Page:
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N2 - OBJECTIVE: We hypothesize that loss rates after amniocentesis do not differ in transplacentaland nontransplacental taps performed by experienced operators. STUDY DESIGN: Subjects were 1000 women undergoing second-trimester amniocentesis: 745 were referred for maternal age; 132 for positive maternal serum α-fetoprotein screens, 41 indicating a risk for fetal neural tube defect, 91 indicating a risk for fetal chromosome abnormality; and 123 were referred for other reasons. All procedures were videotaped. The placenta was anterior in 518 cases; in 306 of these the needle went through the placenta. All pregnancies were prospectively evaluated through delivery. RESULTS: There were 13 losses among the 1000 procedures (1.3%). The transplacental losses occurred from 4 to 71 days after procedure, median 26.5 days; the nontransplacental losses from 12 days after procedure to term, median 25 days. The loss rate was essentially similar in the two categories: six transplacental (1.96%) and seven nontransplacental 91%) (relative risk 1.52 [95% confidence limits 0.84 to 2.75], p = 0.23). If the three patients with elevated maternal serum α-fetoprotein values were excluded from data analysis, the loss rates in the two groups were virtually identical (relative risk 0.98 [95% confidence limits 0.38 to 2.54], p = 1.0000). CONCLUSION: Transplacental amniocentesis does not appear to increase the fetal loss rate in the hands of experienced surgeons. Moreover, in view of the time span between amniocentesis and loss in both groups, a procedural cause seems questionable.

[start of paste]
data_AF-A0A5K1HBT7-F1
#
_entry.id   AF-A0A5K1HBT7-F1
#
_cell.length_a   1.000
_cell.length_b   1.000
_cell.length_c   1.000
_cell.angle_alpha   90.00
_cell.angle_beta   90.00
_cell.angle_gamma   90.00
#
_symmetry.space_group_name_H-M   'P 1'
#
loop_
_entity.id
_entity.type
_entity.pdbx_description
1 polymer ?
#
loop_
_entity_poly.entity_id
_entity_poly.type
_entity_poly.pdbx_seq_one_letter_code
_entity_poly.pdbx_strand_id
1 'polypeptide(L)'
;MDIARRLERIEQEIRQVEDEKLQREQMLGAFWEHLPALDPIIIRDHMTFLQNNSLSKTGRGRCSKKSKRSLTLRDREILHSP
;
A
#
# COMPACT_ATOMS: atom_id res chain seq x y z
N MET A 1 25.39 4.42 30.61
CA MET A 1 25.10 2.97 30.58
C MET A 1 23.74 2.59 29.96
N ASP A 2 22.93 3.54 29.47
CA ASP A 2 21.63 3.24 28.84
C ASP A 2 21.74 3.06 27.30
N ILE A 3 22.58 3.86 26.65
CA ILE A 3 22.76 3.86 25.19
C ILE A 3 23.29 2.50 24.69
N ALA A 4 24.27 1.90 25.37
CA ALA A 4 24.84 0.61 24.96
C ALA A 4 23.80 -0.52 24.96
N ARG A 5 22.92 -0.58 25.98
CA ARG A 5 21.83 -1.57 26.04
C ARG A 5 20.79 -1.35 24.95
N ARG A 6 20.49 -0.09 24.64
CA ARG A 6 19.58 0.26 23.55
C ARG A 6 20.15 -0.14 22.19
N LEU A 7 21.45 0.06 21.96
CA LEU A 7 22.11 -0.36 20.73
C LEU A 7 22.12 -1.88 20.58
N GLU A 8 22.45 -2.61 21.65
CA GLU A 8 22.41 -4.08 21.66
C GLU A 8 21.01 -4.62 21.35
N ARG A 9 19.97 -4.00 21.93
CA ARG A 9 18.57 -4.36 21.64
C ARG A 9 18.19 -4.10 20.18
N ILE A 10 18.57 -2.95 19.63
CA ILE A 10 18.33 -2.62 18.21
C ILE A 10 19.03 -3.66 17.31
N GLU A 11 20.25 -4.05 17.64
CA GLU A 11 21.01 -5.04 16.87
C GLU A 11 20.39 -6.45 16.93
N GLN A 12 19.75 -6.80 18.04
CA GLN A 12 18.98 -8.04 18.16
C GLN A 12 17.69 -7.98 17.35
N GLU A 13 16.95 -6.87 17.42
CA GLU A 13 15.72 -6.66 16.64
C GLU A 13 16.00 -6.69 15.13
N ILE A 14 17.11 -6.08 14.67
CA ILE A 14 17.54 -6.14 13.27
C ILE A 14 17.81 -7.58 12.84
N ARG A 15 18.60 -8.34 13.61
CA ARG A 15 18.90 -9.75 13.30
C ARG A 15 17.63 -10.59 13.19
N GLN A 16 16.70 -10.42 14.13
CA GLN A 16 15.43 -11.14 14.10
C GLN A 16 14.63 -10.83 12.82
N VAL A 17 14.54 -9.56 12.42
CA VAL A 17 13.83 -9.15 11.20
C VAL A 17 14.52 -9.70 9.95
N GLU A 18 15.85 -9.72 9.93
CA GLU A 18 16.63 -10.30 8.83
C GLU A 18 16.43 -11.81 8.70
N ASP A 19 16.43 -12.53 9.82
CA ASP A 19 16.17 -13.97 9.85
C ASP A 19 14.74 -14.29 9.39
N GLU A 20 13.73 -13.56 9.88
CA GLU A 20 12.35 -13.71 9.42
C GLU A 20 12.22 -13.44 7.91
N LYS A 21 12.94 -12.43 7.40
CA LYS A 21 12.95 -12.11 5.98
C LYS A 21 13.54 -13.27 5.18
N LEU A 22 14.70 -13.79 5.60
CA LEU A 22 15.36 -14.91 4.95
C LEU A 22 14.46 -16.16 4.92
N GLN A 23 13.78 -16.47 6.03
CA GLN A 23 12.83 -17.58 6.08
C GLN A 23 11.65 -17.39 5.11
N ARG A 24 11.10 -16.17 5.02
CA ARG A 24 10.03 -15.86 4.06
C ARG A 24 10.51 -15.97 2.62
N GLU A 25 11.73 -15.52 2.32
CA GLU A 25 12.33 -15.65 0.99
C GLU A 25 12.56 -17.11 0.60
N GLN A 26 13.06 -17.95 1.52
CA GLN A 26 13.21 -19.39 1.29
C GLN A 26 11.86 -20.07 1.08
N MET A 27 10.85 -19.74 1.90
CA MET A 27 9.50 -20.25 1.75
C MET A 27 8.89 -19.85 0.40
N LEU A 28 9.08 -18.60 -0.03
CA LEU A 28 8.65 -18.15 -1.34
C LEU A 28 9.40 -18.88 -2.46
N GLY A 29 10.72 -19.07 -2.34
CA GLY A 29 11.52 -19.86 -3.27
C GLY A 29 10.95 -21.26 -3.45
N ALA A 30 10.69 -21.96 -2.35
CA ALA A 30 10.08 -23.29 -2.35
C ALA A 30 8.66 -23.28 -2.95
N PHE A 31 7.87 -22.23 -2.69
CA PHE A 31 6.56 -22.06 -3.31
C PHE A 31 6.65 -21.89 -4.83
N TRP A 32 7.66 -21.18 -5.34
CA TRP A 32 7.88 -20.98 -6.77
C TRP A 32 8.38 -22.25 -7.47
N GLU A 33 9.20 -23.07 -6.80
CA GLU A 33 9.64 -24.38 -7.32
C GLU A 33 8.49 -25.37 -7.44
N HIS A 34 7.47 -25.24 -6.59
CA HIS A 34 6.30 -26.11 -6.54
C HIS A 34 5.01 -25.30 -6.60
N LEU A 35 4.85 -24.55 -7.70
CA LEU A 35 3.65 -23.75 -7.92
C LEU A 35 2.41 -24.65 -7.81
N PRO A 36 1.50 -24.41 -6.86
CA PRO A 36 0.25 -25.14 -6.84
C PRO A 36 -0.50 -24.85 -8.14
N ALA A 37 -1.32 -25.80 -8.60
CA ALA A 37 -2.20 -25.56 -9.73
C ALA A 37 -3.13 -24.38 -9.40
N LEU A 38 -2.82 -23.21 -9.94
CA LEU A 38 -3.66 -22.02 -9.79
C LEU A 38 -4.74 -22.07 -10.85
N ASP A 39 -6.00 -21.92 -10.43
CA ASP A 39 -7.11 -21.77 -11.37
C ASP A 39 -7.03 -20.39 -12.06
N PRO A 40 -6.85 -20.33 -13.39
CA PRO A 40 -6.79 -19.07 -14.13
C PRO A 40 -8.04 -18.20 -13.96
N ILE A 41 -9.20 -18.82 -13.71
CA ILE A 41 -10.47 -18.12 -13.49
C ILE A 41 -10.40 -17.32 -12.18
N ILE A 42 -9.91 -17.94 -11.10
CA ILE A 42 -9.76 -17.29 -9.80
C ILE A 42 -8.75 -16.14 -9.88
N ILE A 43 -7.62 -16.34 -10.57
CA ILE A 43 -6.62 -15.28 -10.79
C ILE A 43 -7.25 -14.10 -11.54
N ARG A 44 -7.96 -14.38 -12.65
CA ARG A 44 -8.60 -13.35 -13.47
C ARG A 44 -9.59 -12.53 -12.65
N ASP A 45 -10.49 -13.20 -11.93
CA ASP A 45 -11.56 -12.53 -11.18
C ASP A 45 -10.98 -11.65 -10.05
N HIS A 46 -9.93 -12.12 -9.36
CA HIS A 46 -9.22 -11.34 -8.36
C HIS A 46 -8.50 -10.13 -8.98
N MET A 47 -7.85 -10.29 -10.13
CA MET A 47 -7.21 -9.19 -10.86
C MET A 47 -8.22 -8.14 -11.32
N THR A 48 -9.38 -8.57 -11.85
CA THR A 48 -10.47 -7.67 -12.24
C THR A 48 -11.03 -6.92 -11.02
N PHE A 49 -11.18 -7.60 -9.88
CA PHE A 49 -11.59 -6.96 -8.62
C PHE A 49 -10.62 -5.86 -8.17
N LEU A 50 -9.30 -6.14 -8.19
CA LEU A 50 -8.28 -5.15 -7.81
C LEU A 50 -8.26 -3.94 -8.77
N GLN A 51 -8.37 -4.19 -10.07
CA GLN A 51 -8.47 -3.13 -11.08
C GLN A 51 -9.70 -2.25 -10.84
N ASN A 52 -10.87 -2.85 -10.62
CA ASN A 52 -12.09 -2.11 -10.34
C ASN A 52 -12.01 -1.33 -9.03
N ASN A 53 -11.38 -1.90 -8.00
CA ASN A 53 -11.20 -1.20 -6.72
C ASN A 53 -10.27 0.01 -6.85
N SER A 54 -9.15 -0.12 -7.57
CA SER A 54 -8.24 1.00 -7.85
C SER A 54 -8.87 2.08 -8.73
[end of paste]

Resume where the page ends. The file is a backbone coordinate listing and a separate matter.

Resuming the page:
AB - OBJECTIVE: We hypothesize that loss rates after amniocentesis do not differ in transplacentaland nontransplacental taps performed by experienced operators. STUDY DESIGN: Subjects were 1000 women undergoing second-trimester amniocentesis: 745 were referred for maternal age; 132 for positive maternal serum α-fetoprotein screens, 41 indicating a risk for fetal neural tube defect, 91 indicating a risk for fetal chromosome abnormality; and 123 were referred for other reasons. All procedures were videotaped. The placenta was anterior in 518 cases; in 306 of these the needle went through the placenta. All pregnancies were prospectively evaluated through delivery. RESULTS: There were 13 losses among the 1000 procedures (1.3%). The transplacental losses occurred from 4 to 71 days after procedure, median 26.5 days; the nontransplacental losses from 12 days after procedure to term, median 25 days. The loss rate was essentially similar in the two categories: six transplacental (1.96%) and seven nontransplacental 91%) (relative risk 1.52 [95% confidence limits 0.84 to 2.75], p = 0.23). If the three patients with elevated maternal serum α-fetoprotein values were excluded from data analysis, the loss rates in the two groups were virtually identical (relative risk 0.98 [95% confidence limits 0.38 to 2.54], p = 1.0000). CONCLUSION: Transplacental amniocentesis does not appear to increase the fetal loss rate in the hands of experienced surgeons. Moreover, in view of the time span between amniocentesis and loss in both groups, a procedural cause seems questionable.